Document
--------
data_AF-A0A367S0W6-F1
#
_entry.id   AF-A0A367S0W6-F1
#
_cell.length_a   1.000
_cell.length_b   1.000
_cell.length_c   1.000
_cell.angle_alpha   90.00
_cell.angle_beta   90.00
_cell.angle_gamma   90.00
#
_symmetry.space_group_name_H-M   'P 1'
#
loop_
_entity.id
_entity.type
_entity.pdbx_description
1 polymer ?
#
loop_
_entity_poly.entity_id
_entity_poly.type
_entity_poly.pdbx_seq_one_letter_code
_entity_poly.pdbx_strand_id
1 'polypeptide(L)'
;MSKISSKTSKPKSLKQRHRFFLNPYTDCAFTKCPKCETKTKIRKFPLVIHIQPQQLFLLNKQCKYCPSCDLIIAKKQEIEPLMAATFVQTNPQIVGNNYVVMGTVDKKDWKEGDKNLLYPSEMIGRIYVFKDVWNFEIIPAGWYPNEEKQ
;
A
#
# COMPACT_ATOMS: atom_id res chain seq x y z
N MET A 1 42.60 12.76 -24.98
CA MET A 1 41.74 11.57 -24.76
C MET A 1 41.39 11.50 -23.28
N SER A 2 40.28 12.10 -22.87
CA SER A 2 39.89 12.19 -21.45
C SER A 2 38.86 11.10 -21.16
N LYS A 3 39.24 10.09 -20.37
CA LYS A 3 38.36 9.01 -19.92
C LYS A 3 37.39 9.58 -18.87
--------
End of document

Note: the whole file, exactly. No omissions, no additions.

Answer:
data_AF-A0A367S0W6-F1
#
_entry.id   AF-A0A367S0W6-F1
#
_cell.length_a   1.000
_cell.length_b   1.000
_cell.length_c   1.000
_cell.angle_alpha   90.00
_cell.angle_beta   90.00
_cell.angle_gamma   90.00
#
_symmetry.space_group_name_H-M   'P 1'
#
loop_
_entity.id
_entity.type
_entity.pdbx_description
1 polymer ?
#
loop_
_entity_poly.entity_id
_entity_poly.type
_entity_poly.pdbx_seq_one_letter_code
_entity_poly.pdbx_strand_id
1 'polypeptide(L)'
;MSKISSKTSKPKSLKQRHRFFLNPYTDCAFTKCPKCETKTKIRKFPLVIHIQPQQLFLLNKQCKYCPSCDLIIAKKQEIEPLMAATFVQTNPQIVGNNYVVMGTVDKKDWKEGDKNLLYPSEMIGRIYVFKDVWNFEIIPAGWYPNEEKQ
;
A
#
# COMPACT_ATOMS: atom_id res chain seq x y z
N MET A 1 42.60 12.76 -24.98
CA MET A 1 41.74 11.57 -24.76
C MET A 1 41.39 11.50 -23.28
N SER A 2 40.28 12.10 -22.87
CA SER A 2 39.89 12.19 -21.45
C SER A 2 38.86 11.10 -21.16
N LYS A 3 39.24 10.09 -20.37
CA LYS A 3 38.36 9.01 -19.92
C LYS A 3 37.39 9.58 -18.87